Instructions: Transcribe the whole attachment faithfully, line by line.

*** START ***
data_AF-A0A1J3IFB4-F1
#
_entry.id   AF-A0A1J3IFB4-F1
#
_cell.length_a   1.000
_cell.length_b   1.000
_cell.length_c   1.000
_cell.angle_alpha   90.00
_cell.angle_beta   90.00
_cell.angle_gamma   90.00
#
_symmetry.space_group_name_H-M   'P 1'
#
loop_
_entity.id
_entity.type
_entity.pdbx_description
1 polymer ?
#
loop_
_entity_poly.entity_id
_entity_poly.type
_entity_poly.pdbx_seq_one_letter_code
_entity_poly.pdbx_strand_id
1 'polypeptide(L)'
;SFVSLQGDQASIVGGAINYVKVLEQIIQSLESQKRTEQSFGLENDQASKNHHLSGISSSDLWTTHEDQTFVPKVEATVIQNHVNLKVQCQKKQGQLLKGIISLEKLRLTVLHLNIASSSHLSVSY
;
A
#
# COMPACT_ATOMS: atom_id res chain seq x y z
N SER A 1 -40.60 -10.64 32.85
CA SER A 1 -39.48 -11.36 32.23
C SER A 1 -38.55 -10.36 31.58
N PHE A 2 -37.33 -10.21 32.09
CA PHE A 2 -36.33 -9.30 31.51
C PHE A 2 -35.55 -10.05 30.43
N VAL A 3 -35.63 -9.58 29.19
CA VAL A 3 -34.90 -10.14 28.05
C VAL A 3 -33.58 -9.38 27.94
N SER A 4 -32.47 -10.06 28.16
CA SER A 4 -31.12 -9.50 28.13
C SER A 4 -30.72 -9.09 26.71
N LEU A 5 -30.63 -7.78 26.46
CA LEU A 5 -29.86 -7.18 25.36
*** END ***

data_AF-A0A1J3IFB4-F1
#
_entry.id   AF-A0A1J3IFB4-F1
#
_cell.length_a   1.000
_cell.length_b   1.000
_cell.length_c   1.000
_cell.angle_alpha   90.00
_cell.angle_beta   90.00
_cell.angle_gamma   90.00
#
_symmetry.space_group_name_H-M   'P 1'
#
loop_
_entity.id
_entity.type
_entity.pdbx_description
1 polymer ?
#
loop_
_entity_poly.entity_id
_entity_poly.type
_entity_poly.pdbx_seq_one_letter_code
_entity_poly.pdbx_strand_id
1 'polypeptide(L)'
;SFVSLQGDQASIVGGAINYVKVLEQIIQSLESQKRTEQSFGLENDQASKNHHLSGISSSDLWTTHEDQTFVPKVEATVIQNHVNLKVQCQKKQGQLLKGIISLEKLRLTVLHLNIASSSHLSVSY
;
A
#
# COMPACT_ATOMS: atom_id res chain seq x y z
N SER A 1 -40.60 -10.64 32.85
CA SER A 1 -39.48 -11.36 32.23
C SER A 1 -38.55 -10.36 31.58
N PHE A 2 -37.33 -10.21 32.09
CA PHE A 2 -36.33 -9.30 31.51
C PHE A 2 -35.55 -10.05 30.43
N VAL A 3 -35.63 -9.58 29.19
CA VAL A 3 -34.90 -10.14 28.05
C VAL A 3 -33.58 -9.38 27.94
N SER A 4 -32.47 -10.06 28.16
CA SER A 4 -31.12 -9.50 28.13
C SER A 4 -30.72 -9.09 26.71
N LEU A 5 -30.63 -7.78 26.46
CA LEU A 5 -29.86 -7.18 25.36